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Sacred Waters: A Cross-Cultural Compendium of Hallowed Springs and Holy Wells

Celeste Ray



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26 February 2020
Anthropology; Social & cultural anthropology
Describing sacred waters and their associated traditions in over thirty countries and across multiple time periods, this book identifies patterns in panhuman hydrolatry. Supplying life's most basic daily need, freshwater sources were likely the earliest sacred sites, and the first protected and contested resource. Guarded by taboos, rites and supermundane forces, freshwater sources have also been considered thresholds to otherworlds. Often associated also with venerated stones, trees and healing flora, sacred water sources are sites of biocultural diversity. Addressing themes that will shape future water research, this volume examines cultural perceptions of water's sacrality that can be employed to foster resilient human-environmental relationships in the growing water crises of the twenty-first century. The work combines perspectives from anthropology, archaeology, classics, folklore, geography, geology, history, literature and religious studies.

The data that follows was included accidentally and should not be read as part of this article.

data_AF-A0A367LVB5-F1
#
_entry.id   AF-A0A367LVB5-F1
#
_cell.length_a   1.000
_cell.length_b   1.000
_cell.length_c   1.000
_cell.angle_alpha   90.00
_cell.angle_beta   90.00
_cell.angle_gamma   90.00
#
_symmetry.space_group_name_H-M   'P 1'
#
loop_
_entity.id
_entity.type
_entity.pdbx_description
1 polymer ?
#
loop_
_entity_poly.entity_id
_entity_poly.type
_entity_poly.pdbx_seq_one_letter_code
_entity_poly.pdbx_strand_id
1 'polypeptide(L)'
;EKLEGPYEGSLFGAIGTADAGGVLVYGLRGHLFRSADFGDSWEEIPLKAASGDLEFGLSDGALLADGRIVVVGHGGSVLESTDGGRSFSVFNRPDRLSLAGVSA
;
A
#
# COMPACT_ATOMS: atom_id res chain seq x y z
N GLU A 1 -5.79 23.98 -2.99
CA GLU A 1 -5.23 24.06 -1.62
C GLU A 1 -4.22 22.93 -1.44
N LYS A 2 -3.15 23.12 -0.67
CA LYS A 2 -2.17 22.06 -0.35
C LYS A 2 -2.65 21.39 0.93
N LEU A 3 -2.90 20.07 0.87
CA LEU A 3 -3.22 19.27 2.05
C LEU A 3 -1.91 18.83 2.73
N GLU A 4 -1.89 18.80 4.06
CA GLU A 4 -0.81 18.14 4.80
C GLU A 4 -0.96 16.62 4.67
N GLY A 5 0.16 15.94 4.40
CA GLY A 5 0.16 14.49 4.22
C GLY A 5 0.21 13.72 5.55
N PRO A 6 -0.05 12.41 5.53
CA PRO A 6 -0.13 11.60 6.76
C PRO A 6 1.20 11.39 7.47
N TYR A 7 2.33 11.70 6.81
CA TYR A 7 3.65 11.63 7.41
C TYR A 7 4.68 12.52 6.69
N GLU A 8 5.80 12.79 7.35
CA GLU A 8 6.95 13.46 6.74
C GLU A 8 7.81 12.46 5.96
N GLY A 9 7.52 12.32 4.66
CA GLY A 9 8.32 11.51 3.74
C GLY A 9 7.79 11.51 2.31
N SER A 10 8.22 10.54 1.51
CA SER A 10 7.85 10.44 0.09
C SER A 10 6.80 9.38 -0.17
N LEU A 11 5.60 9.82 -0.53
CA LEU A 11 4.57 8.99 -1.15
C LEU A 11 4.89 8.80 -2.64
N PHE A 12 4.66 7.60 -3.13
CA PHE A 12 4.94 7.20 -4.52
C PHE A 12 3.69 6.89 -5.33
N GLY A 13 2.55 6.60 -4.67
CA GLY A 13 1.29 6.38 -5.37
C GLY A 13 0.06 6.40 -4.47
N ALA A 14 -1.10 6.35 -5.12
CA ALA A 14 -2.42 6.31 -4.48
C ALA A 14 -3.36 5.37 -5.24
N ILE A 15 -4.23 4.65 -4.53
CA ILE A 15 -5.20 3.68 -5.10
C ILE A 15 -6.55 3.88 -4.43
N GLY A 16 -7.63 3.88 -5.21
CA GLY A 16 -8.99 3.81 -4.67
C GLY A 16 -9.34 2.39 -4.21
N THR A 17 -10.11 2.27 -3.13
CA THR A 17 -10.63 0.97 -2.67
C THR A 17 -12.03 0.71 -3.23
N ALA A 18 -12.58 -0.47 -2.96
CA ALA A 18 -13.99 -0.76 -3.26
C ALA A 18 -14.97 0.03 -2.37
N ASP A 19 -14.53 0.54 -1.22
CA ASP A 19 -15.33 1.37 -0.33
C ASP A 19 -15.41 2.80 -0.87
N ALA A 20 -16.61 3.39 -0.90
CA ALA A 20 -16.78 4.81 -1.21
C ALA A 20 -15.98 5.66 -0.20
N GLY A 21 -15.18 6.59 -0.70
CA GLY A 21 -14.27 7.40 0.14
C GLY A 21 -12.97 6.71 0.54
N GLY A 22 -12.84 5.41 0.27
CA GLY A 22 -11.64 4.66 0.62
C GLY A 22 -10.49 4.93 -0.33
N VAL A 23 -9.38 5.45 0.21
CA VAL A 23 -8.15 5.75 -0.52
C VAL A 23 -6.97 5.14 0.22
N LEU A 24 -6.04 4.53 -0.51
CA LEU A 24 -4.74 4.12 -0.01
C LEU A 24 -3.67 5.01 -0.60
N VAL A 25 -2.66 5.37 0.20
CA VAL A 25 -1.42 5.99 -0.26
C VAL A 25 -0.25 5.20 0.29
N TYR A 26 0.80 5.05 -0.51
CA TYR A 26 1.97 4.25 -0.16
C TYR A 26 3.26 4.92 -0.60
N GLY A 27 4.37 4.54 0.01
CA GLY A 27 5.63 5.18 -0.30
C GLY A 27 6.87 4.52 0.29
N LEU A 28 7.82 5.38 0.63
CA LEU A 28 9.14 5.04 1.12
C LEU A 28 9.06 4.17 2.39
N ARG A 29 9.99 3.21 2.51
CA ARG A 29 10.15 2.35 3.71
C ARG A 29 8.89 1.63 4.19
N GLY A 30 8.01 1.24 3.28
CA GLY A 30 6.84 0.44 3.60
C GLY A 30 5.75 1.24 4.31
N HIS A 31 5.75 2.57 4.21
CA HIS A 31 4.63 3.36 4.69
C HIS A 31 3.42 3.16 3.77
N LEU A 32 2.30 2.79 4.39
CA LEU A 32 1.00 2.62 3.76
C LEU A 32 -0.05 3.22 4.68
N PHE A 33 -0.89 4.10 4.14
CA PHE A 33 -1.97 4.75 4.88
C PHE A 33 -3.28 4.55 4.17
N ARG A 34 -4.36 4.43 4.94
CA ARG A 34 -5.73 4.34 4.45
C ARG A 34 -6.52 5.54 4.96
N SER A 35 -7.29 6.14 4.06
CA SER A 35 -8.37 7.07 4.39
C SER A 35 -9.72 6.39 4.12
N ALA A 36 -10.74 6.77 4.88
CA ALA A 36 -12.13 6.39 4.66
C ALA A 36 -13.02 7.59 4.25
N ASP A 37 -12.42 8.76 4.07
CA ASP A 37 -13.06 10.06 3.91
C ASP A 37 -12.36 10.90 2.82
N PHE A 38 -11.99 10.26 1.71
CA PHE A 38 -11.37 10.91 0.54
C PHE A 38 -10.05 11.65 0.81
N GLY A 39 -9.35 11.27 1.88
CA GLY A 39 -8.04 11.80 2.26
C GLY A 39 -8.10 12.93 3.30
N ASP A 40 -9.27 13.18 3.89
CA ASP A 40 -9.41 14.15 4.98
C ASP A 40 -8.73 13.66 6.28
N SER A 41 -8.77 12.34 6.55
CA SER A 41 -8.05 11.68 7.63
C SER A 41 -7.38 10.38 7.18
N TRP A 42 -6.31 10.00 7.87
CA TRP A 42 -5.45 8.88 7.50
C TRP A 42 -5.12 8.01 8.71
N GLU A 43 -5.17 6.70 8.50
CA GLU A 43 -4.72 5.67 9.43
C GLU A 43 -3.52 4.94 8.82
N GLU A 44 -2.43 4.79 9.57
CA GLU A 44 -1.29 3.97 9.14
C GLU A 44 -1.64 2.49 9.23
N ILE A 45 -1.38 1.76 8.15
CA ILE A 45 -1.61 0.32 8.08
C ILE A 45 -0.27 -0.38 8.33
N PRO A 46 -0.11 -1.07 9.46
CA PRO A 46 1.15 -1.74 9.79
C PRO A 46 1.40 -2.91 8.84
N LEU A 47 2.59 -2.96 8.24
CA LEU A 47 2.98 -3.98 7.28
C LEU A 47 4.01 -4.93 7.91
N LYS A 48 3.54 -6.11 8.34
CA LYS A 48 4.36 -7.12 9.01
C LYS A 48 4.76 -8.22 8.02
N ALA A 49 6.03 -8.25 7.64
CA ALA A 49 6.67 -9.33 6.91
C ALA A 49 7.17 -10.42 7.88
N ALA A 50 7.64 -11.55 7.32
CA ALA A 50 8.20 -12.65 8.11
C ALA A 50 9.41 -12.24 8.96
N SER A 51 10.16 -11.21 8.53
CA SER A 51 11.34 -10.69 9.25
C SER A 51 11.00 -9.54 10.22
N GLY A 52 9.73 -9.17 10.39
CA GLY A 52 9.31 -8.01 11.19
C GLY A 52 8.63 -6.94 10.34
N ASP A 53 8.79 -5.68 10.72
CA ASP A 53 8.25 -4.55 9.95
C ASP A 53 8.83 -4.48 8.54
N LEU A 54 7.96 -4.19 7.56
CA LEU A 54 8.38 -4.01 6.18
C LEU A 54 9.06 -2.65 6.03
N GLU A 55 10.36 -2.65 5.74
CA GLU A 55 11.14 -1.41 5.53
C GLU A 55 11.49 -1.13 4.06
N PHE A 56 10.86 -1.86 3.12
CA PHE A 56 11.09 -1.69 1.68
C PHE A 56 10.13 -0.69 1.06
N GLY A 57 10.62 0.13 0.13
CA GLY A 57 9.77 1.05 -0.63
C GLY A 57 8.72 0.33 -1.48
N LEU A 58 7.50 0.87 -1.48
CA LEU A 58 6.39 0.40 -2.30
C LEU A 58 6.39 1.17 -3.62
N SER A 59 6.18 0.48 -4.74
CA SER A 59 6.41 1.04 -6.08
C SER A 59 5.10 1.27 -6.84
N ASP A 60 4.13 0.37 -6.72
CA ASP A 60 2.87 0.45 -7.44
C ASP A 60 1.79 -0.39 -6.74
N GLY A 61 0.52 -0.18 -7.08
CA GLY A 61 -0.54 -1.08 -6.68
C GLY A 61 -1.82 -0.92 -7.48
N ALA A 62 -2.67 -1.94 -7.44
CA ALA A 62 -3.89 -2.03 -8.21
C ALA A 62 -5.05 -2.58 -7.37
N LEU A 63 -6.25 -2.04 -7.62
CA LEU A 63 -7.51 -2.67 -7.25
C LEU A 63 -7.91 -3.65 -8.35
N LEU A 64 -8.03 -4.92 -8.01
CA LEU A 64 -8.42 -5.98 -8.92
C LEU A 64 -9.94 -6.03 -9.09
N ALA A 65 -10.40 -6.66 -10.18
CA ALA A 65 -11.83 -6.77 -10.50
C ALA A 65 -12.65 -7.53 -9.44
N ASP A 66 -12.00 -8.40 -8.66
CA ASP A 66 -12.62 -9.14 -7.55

Edited by:   Celeste Ray
Imprint:   Routledge
Country of Publication:   United Kingdom
Dimensions:   Height: 246mm,  Width: 174mm, 
Weight:   830g
ISBN:   9780367445133
ISBN 10:   0367445131
Pages:   398
Publication Date:   26 February 2020
Audience:   College/higher education ,  Further / Higher Education ,  A / AS level
Format:   Paperback
Publisher's Status:   Active